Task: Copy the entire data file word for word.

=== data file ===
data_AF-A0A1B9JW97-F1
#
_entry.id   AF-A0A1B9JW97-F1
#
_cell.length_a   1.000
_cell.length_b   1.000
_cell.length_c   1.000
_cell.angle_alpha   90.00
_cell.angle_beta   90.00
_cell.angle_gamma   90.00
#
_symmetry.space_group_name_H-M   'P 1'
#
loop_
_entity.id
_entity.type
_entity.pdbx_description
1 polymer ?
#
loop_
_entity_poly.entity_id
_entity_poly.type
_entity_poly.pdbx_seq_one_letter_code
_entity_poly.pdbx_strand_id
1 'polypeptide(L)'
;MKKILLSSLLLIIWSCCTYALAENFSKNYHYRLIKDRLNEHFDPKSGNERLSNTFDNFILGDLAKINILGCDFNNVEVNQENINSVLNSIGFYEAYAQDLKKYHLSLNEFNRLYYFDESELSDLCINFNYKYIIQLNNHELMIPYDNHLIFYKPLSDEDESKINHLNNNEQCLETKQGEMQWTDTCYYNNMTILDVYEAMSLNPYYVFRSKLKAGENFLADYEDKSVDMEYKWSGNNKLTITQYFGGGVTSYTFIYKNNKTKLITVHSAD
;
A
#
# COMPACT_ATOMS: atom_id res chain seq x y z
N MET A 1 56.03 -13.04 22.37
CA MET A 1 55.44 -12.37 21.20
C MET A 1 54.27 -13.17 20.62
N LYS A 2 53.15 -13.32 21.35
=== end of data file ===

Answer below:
data_AF-A0A1B9JW97-F1
#
_entry.id   AF-A0A1B9JW97-F1
#
_cell.length_a   1.000
_cell.length_b   1.000
_cell.length_c   1.000
_cell.angle_alpha   90.00
_cell.angle_beta   90.00
_cell.angle_gamma   90.00
#
_symmetry.space_group_name_H-M   'P 1'
#
loop_
_entity.id
_entity.type
_entity.pdbx_description
1 polymer ?
#
loop_
_entity_poly.entity_id
_entity_poly.type
_entity_poly.pdbx_seq_one_letter_code
_entity_poly.pdbx_strand_id
1 'polypeptide(L)'
;MKKILLSSLLLIIWSCCTYALAENFSKNYHYRLIKDRLNEHFDPKSGNERLSNTFDNFILGDLAKINILGCDFNNVEVNQENINSVLNSIGFYEAYAQDLKKYHLSLNEFNRLYYFDESELSDLCINFNYKYIIQLNNHELMIPYDNHLIFYKPLSDEDESKINHLNNNEQCLETKQGEMQWTDTCYYNNMTILDVYEAMSLNPYYVFRSKLKAGENFLADYEDKSVDMEYKWSGNNKLTITQYFGGGVTSYTFIYKNNKTKLITVHSAD
;
A
#
# COMPACT_ATOMS: atom_id res chain seq x y z
N MET A 1 56.03 -13.04 22.37
CA MET A 1 55.44 -12.37 21.20
C MET A 1 54.27 -13.17 20.62
N LYS A 2 53.15 -13.32 21.35